2018 World Cup will have its own extreme site

2018 World Cup will have its own extreme site

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RIO DE JANEIRO – If you thought Manaus was outlandish during this World Cup – a venue situated in a middle-of-nowhere, improbable location with extreme weather conditions – then just wait.

In four years the grandest soccer tournament of all will take another twist of the unexpected, as Russia welcomes the travelling World Cup hordes with open arms – and promptly packs a bunch of them off to somewhere that is usually so cold most people assume it is in Siberia.

The city of Yekaterinburg is a key stop on the Trans-Siberia railway but is actually in the Ural mountains, which separate Russia's European and Asian territories. The Ural Federal District, of which it is a part, directly borders Siberian land, or for the most part, ice.

[Related: Manaus proves why its the World Cup's most controversial venue]

Indeed, Yekaterinburg, which is one of the 12 venues scheduled to host tournament games in 2018, has a climate in keeping with the place most associated with frosty and inhospitable conditions – and for most of the year is just as chilly as Manaus was sweltering.

Skeptics will snort that only in FIFA's twisted wisdom could it seem like a good idea to take the tournament to a city that's a 24-hour drive from Moscow and nowhere near any of the other host sites – unless you think the 600 miles and change to Kazan is close, and we don't. And where conditions are so darn cold that my fffffingers are sssssticking to the kkkkkeyboard in pre-emptive panic.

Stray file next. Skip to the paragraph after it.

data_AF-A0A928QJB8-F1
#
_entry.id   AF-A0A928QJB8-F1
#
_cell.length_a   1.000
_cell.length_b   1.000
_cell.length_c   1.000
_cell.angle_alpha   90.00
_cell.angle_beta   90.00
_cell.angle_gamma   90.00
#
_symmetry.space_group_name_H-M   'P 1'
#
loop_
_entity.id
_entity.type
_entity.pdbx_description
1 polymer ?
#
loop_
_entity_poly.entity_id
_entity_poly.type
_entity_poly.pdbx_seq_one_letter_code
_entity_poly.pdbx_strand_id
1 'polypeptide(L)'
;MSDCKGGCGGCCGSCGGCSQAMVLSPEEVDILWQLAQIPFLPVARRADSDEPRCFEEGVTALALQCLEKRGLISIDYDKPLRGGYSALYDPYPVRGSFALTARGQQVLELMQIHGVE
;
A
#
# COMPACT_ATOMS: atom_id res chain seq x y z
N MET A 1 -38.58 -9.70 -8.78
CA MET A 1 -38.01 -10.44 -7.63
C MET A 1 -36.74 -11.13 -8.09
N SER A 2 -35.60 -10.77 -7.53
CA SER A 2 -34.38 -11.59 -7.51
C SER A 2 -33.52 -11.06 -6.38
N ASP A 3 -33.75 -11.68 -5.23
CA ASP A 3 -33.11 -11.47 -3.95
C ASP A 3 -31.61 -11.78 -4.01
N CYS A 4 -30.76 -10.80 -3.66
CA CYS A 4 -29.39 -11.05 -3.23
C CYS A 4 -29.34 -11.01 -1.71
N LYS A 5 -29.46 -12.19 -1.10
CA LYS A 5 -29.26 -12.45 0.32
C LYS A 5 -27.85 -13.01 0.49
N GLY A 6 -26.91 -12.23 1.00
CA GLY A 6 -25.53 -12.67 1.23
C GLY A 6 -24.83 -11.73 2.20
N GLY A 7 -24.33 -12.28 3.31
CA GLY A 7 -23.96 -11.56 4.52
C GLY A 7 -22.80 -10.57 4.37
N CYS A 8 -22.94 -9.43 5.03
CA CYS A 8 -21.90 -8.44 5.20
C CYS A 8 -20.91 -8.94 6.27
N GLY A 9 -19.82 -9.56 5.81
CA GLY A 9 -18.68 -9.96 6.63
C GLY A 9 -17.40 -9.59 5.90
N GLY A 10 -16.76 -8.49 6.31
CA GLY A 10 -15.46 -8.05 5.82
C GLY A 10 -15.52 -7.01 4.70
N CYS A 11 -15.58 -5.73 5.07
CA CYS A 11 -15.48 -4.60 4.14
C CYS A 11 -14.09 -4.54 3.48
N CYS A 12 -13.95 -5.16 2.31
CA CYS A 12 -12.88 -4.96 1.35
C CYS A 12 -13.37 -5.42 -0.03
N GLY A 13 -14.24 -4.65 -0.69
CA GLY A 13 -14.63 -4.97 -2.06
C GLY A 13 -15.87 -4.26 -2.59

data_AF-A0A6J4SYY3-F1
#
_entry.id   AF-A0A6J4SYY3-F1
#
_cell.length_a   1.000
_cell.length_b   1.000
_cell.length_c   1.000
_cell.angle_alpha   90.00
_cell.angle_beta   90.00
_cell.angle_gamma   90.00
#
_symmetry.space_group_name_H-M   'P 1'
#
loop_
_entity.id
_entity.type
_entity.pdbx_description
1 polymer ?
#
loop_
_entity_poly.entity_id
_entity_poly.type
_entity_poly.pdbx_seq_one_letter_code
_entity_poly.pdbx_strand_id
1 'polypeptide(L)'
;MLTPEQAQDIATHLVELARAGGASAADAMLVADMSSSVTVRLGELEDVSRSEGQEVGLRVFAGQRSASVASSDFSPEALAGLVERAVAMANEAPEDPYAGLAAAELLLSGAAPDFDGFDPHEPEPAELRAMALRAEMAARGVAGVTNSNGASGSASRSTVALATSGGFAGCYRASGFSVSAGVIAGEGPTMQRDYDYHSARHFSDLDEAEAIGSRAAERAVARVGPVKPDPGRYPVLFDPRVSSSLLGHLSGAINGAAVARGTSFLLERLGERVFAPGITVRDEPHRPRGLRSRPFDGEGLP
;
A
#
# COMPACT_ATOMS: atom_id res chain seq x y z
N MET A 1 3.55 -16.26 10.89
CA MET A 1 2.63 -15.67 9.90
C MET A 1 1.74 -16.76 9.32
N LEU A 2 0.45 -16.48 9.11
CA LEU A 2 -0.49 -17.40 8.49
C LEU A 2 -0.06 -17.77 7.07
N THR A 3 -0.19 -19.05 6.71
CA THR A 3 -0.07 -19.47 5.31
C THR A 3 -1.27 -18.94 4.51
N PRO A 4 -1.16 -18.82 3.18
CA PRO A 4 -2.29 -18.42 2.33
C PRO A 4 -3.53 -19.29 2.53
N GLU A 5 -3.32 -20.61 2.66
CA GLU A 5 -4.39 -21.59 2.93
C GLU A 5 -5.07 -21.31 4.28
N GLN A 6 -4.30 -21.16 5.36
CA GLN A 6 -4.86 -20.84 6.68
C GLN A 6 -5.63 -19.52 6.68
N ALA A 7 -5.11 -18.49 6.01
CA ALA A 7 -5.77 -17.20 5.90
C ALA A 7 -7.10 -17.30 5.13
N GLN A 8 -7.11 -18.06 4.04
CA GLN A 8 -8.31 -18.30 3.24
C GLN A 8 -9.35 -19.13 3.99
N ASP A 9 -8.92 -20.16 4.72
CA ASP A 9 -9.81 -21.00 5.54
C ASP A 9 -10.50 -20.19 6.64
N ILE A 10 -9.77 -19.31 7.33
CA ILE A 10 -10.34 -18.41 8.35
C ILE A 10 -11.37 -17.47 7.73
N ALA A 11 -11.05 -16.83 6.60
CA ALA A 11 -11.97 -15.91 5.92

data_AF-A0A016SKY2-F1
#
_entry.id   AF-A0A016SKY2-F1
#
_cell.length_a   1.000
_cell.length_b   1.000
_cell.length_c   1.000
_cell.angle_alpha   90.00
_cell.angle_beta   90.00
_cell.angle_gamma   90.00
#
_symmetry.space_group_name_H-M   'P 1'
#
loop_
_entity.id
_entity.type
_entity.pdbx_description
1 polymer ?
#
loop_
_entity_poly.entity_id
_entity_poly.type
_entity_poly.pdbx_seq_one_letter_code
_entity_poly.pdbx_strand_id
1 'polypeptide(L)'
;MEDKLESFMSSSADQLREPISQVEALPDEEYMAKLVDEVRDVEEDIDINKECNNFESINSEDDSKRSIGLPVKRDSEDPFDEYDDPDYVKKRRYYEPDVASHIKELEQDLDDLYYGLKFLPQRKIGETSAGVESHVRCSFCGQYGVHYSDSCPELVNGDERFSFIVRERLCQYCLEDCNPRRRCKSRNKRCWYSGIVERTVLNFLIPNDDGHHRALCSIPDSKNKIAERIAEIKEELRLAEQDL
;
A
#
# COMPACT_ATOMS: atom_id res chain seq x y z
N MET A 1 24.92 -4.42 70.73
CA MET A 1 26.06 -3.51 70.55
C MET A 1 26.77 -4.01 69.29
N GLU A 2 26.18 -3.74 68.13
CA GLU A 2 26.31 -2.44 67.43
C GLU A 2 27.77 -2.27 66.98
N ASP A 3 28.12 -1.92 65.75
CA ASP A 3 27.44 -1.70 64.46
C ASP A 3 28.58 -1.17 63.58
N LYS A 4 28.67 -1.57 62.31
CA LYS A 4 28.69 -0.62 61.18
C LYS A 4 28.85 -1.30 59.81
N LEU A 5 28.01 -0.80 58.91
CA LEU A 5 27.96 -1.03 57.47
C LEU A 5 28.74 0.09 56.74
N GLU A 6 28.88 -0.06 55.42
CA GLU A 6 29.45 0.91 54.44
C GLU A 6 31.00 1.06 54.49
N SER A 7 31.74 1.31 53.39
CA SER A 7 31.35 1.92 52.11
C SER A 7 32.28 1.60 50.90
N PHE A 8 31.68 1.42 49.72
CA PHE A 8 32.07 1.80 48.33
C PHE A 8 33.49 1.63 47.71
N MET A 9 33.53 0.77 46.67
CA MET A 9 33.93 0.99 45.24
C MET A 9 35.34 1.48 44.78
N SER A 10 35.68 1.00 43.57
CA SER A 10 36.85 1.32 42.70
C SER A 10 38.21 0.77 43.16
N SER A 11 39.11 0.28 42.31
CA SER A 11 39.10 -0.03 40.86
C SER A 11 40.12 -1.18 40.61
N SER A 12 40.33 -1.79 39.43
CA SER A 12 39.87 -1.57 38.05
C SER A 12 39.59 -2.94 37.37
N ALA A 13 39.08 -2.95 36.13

A man jumps into an ice hole at the lake Shartash in the Ural city of Yekaterinburg on Feb. 21, 2003. (AP)
A man jumps into an ice hole at the lake Shartash in the Ural city of Yekaterinburg on Feb. 21, 2003. (AP)

To be fair, Yekaterinburg does have a brief window of comparatively balmy weather, with daily mean temperatures of around 62 degrees Fahrenheit in June, which is when the group stages of the World Cup take place. No problem then, right?

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However, the record low for the month is a shivery 27.9 degrees, so FIFA isn't out of the woods yet. And just so the locals don't have it too easy, summer also brings the heaviest rainfall. Think February in Seattle and you get the picture.

For most of the year, Yekaterinburg is carpeted in snow and gets about 1½ hours of daily sunshine in December. You can forget about the United States doing an ahead-of-time training camp there, like they did in Sao Paulo months before this event.

The city – which had an anthrax outbreak in the late 1970s and a bunch of mafia murders two decades later – is Russia's fourth largest with a population of 1.4 million and has both a Russian Premier League soccer team and a Kontinental Hockey League franchise. Then there is the thriving theater and museum scene, among Russia's finest.

So maybe it's not so bad. Didn't you always want to tell your friends that you went to the Urals?

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Don't expect it to be cheap, which will be a theme of the Russia World Cup wherever you go. Round-trip flights from Moscow go for around $500 right now, even without the inevitable price gouging that accompanies any global event.

As in Brazil, Russia will have 12 stadiums. They will be spread across 11 cities with Moscow having two. One location is not even connected to the rest of Russia: Kaliningrad, located in a region separated from the bulk of the country and sandwiched between Lithuania and Poland. Look it up on a map – it's kind of weird, kind of cool and kind of impractical for World Cup purposes.

Since when did FIFA worry about the cost and convenience to its fans, who have little choice but to suck it up or stay home?

Still, it could be worse. They could have put a World Cup game in Vladivostok, a far east Russian outpost close to North Korea that is so far removed from the rest of the country that its pro team's nearest trip a few years back was a nine-hour flight away.

My, what fun.

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